(Photo Courtesy of Notre Dame Athletics)

Keep shooting.

Throughout the National Championship game, that's what I remember my teammates telling me. Keep shooting.

Most people work their entire careers to play for a National Championship, and now that the moment was finally here, I couldn't buy a bucket. Whether it was layups or jumpshots it didn't matter...it felt like almost every shot I took was off the mark. As we took our final timeout of the game, I was 5-20 from the field.

And yet the message was the same. If I got an open look, my teammates wanted me to shoot it. No matter how poorly I had played, no matter how out of rhythm I was, my teammates had the confidence in me to shoot the ball. I think it's similar to the approach God has...no matter what happened before, it's never too late to turn things around.

I think it was an easy message for my teammates to pass along, because it was only days earlier that we had lived it out.

When we played UConn in the Final Four, we blew a five-point lead with 21 seconds to go. We were up 79-74 before the Huskies make a 3-pointer to cut it to just 79-77, and moments later they stole the inbounds pass and laid it in to send the game to overtime.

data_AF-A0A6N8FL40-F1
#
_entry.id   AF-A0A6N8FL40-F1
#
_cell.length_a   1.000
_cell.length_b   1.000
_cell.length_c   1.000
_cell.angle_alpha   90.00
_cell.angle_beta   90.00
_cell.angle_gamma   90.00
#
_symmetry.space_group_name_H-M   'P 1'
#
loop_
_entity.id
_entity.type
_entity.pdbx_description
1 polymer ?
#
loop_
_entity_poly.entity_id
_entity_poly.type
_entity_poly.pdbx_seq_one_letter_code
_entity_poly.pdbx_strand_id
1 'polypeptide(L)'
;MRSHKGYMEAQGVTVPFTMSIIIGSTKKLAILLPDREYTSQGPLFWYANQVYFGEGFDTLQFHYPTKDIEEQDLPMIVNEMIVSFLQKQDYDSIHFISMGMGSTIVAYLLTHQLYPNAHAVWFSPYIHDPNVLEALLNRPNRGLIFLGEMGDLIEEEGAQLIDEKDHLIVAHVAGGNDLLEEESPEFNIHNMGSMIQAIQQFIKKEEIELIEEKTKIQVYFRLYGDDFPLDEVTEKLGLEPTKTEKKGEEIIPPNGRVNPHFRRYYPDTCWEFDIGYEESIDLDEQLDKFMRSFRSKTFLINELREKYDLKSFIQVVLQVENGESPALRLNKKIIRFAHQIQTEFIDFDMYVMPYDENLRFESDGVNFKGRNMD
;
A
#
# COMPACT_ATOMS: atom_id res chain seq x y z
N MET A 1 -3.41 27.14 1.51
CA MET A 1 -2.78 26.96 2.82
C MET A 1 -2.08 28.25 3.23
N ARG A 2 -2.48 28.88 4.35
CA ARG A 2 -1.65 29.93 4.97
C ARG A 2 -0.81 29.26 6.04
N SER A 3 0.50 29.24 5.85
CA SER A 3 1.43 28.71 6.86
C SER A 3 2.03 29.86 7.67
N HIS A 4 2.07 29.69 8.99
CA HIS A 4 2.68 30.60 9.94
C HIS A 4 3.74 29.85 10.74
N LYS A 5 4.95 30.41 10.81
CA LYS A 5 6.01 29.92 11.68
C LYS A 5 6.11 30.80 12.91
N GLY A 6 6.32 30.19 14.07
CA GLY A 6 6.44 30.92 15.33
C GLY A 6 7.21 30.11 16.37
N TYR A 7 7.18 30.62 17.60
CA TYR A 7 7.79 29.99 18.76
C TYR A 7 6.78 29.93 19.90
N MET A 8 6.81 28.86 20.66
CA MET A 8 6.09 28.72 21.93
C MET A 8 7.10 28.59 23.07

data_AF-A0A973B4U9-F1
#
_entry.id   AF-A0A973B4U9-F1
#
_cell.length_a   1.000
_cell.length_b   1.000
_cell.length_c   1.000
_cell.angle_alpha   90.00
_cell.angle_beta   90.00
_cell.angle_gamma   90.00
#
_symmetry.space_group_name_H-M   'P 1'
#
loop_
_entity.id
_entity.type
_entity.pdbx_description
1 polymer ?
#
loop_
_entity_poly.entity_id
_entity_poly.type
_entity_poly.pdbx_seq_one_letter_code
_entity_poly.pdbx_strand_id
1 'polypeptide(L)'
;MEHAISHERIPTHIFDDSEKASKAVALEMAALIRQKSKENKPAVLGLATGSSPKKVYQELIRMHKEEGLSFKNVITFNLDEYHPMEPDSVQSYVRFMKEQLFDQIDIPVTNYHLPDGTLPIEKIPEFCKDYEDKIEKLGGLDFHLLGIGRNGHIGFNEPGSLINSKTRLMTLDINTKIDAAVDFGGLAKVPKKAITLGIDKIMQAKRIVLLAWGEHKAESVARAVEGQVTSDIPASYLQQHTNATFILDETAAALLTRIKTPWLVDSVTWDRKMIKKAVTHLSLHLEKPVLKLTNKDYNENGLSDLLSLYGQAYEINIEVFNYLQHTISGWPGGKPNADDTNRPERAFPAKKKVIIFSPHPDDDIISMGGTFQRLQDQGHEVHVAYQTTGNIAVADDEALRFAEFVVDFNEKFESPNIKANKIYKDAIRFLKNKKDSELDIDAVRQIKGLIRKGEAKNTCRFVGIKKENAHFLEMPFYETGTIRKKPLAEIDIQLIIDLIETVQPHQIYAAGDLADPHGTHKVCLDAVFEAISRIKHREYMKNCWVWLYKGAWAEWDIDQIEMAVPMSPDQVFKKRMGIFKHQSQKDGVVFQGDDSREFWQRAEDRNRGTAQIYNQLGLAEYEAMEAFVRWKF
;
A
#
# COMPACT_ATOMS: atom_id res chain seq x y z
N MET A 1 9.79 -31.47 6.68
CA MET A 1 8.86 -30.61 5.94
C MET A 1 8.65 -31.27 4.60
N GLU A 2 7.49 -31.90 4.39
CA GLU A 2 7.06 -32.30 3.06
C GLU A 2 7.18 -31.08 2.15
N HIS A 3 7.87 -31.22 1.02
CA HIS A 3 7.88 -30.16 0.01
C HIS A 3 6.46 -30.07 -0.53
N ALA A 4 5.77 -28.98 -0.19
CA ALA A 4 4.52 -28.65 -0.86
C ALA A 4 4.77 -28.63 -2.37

Then in OT the same thing happened.

We were leading 89-84 with 44 seconds remaining when UConn stormed back yet again. They hit a jumper to cut the lead to 89-86, and that's when they fouled me. Just make one free throw, I thought, and you can make it a two-possession game. All it takes is one.

That's when I missed the first shot. The referee gave me the ball for my second free throw, and I missed that one too. Sure enough, UConn came right back down and tied the game yet again, this time with 29 seconds to go.

Keep shooting.

A lot of teams could have caved under that situation, having blown two leads in the final minute, but we still had all the confidence in the world. It didn't matter that the other team had won 11 championships since 1995, and was 36-0 at that point. There's nobody I'd rather have in that moment than my coach and my teammates.

As the final seconds were melting away and I was still near midcourt, I realized I was probably going to take the final shot. Even though I had just missed two key free throws moments before, the game was in my hands. My teammate set a screen to switch defenders on me, and as I got to the right wing with four seconds left, I jabbed toward the baseline to see if my defender would bite. That's when I stepped back and let it fly.



By the grace of God, we were going to the National Championship game. And as badly as I had played in the title game, I knew we could still win the game. What I didn't know was that history was going to repeat itself.

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Thomas Hager